Business leaders tell us how companies can play it safe

This is the third installment of the special section for the Las Vegas Business Press Top Workplaces of Nevada. This week, we asked local business leaders what Nevada companies could do to provide their employees with a safe workplace in 2020. Check back with us for our next section to be published in the Las Vegas Review-Journal Dec. 1 when we will ask our industry experts what is the biggest thing they think will affect our workforces in 2020.

— Virginia Toalepai, president and CEO, World Wide Safety

Being proactive to safety is essential in any workplace environment. When a company embodies a strong safety culture, its exposure to potential hazards are drastically reduced. No shortcut is worth an individual’s life — taking safety seriously is both the responsibility of the employer and the employee. At the end of the day, we all need to ensure everyone gets to go home to their families.

— Michael F. Bolognini, vice president and market leader Cox Communications

Employee safety and well-being is a top priority at Cox. We plan for scenarios ranging from extreme weather to man-made disasters to acts of terrorism to workplace violence, and have programs in place to quickly address any of these types of situations. Our processes also include notifying our workforce of critical situations and providing support to employees and their families in need. We maintain a dedicated team that prepares for and practices these plans to ensure our readiness.

— Keith Lynam, president of the statewide Nevada Realtors

Be aware. Realtors are extremely vulnerable because of the nature of what we do, namely show homes that are a lot of times vacant or empty. Unfortunately, many meet prospective homebuyers without meeting them in the safety of their office first. The best advice is to never meet anyone without following safety guidelines by the National Association of Realtors.

— Ryan Bowen, owner, La Paloma Funeral Services

Businesses can ensure a safe workplace for employees by putting employees first who are in potential harm’s way. In my company, the Safety Committee is run by those employees. Managers are directed by those employees in safety operations and requirements, and their power is backed by me as the owner. It is a clear indication that safety comes first.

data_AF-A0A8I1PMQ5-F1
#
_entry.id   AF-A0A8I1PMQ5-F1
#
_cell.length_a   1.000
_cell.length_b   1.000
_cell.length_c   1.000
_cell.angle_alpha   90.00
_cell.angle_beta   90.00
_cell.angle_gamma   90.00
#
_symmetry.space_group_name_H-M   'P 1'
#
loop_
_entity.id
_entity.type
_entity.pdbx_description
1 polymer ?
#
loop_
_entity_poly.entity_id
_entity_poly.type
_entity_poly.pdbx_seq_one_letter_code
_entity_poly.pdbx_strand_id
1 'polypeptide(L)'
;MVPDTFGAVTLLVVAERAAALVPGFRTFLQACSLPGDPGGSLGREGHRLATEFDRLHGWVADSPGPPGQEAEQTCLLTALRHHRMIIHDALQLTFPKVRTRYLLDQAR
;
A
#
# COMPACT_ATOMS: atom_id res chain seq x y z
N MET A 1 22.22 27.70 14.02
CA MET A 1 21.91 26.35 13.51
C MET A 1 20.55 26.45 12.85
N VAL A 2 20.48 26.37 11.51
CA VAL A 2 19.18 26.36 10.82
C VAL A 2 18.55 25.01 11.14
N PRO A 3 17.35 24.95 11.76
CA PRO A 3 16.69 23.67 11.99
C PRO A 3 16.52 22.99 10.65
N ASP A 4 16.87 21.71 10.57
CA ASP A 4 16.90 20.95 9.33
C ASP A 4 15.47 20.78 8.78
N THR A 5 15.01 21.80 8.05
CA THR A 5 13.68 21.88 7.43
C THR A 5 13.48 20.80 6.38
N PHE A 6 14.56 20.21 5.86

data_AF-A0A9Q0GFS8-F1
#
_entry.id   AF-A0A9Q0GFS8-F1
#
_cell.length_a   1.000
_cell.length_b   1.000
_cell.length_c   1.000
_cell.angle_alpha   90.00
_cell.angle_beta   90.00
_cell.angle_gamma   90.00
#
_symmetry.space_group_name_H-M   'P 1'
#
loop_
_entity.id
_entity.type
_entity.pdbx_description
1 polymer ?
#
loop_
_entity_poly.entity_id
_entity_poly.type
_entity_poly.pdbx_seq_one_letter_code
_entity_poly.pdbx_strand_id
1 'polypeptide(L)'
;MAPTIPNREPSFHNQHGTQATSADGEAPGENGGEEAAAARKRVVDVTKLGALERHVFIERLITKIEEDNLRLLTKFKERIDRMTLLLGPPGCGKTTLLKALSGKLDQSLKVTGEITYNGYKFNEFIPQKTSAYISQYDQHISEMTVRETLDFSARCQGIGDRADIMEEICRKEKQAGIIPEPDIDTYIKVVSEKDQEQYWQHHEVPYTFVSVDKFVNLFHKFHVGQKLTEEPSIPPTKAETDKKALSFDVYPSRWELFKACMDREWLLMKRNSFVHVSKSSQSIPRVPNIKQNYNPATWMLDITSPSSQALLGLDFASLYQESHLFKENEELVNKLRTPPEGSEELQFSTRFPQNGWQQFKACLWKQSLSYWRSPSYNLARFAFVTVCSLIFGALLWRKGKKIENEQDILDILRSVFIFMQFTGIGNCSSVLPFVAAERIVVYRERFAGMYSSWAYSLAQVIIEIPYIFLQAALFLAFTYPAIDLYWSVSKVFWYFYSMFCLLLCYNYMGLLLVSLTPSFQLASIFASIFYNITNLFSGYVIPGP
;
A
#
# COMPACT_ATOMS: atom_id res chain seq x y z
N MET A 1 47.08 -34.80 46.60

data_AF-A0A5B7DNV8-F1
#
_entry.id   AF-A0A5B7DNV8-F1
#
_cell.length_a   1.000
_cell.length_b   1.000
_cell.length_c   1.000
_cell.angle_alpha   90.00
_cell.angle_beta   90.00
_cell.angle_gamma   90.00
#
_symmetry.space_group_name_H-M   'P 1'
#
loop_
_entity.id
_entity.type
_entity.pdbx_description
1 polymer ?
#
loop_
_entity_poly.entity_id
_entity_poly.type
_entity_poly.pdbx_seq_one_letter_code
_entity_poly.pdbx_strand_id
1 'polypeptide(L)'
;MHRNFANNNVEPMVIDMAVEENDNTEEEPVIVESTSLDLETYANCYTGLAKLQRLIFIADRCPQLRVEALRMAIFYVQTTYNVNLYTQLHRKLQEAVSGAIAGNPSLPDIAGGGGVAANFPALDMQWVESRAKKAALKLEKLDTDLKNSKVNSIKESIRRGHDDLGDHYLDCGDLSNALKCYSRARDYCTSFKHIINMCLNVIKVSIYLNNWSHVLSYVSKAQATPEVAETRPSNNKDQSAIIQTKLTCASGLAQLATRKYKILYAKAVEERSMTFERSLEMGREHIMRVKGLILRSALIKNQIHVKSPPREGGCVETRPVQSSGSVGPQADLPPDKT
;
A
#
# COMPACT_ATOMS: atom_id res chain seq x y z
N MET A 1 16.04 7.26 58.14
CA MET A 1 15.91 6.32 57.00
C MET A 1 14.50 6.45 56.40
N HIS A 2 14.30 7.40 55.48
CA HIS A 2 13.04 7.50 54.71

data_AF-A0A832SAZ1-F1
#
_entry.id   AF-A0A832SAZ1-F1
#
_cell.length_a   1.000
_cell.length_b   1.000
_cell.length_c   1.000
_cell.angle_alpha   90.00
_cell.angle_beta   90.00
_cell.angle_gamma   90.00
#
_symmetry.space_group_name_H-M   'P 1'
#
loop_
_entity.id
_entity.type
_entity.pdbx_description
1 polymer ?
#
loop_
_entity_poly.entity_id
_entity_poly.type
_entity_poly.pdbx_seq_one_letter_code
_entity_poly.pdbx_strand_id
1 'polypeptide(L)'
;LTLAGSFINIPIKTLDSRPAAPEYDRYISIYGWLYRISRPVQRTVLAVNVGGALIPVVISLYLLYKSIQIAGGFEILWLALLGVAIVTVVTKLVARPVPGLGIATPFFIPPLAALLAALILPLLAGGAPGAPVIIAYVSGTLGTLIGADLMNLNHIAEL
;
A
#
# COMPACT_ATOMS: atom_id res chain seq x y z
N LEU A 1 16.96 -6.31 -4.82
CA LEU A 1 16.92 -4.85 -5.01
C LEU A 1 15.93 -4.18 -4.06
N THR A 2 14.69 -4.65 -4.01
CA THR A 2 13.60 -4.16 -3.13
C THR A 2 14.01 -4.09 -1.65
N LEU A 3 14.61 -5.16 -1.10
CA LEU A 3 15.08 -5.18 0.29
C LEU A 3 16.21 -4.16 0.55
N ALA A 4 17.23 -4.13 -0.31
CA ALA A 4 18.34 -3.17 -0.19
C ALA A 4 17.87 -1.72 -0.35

— George J. Chanos, former Attorney General of Nevada, chairman of Capriotti’s, author of “Millennial Samurai”

Workplace hazards take many forms. They include physical dangers inherent in construction and manufacturing jobs, with potential threats to personal safety, and/or human dignity, created by practices and cultures that encourage or allow for discrimination, exploitation, intimidation and/or sexual harassment. The solution is training, education and enforcement. Companies need to train management to understand their legal and ethical obligations to their employees. They need to educate their employees to understand their rights and their obligations to others. And they need to enforce company rules, policies, procedures and the law, to create and maintain a culture that promotes and contributes to a safe and healthy workplace.

— Kennedy Sanders, instructor, Sheet Metal Workers Local 88, general foreman, P1Group

One of the easiest ways for business owners to protect their employees is to make sure their smoke control systems, including the fire and smoke dampers in the air handling ducts, have been inspected. These dampers keep smoke from using the HVAC system to travel from room to room during a fire, and can easily fail over time if they aren’t tested. One of the reasons smoke spread throughout the MGM during the fire in 1980 was due to malfunctioning dampers. Inspection and maintenance by a certified and licensed professional can help keep these working properly. One fire and smoke damper may save the lives of many people inside an occupied building if the required maintenance and service inspections are performed. If the system isn’t maintained, by the time there is a fire, it’s already too late.

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